45. The method of claim 15, wherein said presenting step comprises displaying one or more of the following for each grid representation: temporal pattern of expression; file designation; gene identification number; major class; sub class; gene description; grid representation; and time curve.
46. The method of claim 45, wherein said presenting step further comprises the step of hyperlinking one or more of: said temporal pattern of expression; file designation; gene identification number; major class; sub class; gene description; grid representation; and time curve.
47. A computer program for analyzing gene expression data comprising:
computer code that receives as input gene expression data for a plurality of genes;
computer code that compares said gene expression data from each of said plurality of genes to a common reference frame;
computer code that assigns a grid representation to each of said expression data from said plurality of genes, wherein said computer code that assigns a grid representation comprises code that clusters grid representations by an algorithm which requires no pair-wise comparison; and
computer readable medium that stores said computer codes.
48. The program of claim 47, wherein said computer code that clusters said grid representations perform grid clustering.
49. The program of claim 47, wherein said computer code that clusters grid representations performs σ-τ clustering.
50. The program of claim 47, further comprising computer code that allows presentation of said assigned grid represytation.
51. The program of claim 47, further comprising computer code that allows for normalization of said gene expression data.
Description
BACKGROUND OF THE INVENTION

The present invention relates to the field of computer systems. Specifically, the present invention relates to computer systems for the analysis and manipulation of gene expression data. Advances in the genomics area, specifically in the development of the microarray (Schena et al., Science 270: 467-470 (1995)) and GeneChip® (Lockhart et al., Nature Biotech. 14: 1675-1680 (1996)) technologies, require new bioinformatics tools for the manipulation, analysis and processing of gene expression data. Many disease states and related conditions are characterized by differences in the expression levels of various genes. These differences may occur through changes in the copy number of DNA or through changes in levels of transcription of the genes. Indeed, the control of the cell cycle and cell development, as well as diseases, may be characterized by variation in the transcription levels of genes.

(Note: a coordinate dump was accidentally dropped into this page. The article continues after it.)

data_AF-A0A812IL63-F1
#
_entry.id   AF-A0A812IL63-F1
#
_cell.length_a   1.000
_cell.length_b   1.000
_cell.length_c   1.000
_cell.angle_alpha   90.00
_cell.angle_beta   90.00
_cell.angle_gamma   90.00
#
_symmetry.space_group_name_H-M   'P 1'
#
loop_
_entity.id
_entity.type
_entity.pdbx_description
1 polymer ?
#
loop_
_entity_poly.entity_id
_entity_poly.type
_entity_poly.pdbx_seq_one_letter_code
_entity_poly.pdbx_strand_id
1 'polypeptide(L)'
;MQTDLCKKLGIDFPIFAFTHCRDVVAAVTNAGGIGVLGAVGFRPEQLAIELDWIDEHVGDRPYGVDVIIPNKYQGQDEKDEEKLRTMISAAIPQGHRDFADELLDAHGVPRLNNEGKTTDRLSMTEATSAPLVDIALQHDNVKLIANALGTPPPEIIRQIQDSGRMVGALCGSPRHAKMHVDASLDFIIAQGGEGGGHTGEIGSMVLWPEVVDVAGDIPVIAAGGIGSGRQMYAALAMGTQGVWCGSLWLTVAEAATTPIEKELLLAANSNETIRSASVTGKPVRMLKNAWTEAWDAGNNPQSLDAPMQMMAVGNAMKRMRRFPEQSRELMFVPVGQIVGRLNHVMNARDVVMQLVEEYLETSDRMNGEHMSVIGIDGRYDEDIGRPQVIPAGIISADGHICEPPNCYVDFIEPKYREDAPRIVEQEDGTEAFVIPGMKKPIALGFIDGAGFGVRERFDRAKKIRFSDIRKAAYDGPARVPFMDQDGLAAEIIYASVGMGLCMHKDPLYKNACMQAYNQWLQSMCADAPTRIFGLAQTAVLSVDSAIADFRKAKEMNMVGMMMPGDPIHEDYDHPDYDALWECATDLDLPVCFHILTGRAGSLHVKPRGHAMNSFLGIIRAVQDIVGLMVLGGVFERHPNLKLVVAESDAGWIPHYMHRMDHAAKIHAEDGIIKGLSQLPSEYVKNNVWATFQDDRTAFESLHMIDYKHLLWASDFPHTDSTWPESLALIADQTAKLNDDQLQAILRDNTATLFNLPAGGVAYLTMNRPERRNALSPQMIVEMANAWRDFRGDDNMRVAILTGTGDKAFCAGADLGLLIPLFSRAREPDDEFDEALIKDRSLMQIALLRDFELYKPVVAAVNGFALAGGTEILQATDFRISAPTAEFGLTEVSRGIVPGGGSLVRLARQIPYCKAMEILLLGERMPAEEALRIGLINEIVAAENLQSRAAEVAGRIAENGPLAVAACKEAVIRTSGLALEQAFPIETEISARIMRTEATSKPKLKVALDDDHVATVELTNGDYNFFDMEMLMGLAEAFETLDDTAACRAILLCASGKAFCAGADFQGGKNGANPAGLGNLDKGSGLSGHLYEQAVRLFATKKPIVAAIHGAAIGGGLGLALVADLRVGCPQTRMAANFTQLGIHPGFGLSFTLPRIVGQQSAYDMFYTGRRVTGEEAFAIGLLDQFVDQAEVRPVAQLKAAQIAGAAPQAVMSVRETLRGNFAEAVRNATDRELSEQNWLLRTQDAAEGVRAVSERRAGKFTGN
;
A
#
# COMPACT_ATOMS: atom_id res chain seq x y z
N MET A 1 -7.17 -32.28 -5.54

Of particular interest to those in the bioinformatics area are systems for identifying the biological functions of genes based on their temporal pattern of expression. One system, known as clustering analysis, clusters genes according to the shape similarity of their temporal pattern of expression, with clusters related to specific biological functions. This approach has been applied to identify genes involved in a metabolic shift from the yeast genome (DeRisi et al., Science 278: 680-686 (1997)), and in the central nervous system development in rats (Wen et al., Proc. Natl. Acad. Sci. USA 95: 334-339 (1998)). A second approach is reverse engineering, which assumes that the genes dynamically interact with one another as a genetic network (Liang et al., Proceedings of the Pacific Symposium on Biocomputing, Maui, Hi., 1998). The reverse engineering approach can potentially systematically decipher the complex circuitry of the genetic network from the temporal gene expression pattern.

While such clustering analysis and reverse engineering systems are useful, it is desirable to have available a general and flexible system for the visualization, manipulation, and analysis of gene expression data. Such a system preferably includes a graphical user interface for browsing and navigating through the expression data, allowing a user to selectively view and highlight the genes of interest. The system also preferably includes sort and search functions and is preferably available for general users with PC, Mac or Unix workstations. Also preferably included in the system are clustering algorithms that are qualitatively more efficient than existing ones. The accuracy of such algorithms is preferably hierarchically adjustable so that the level of detail of clustering can be systematically refined as desired.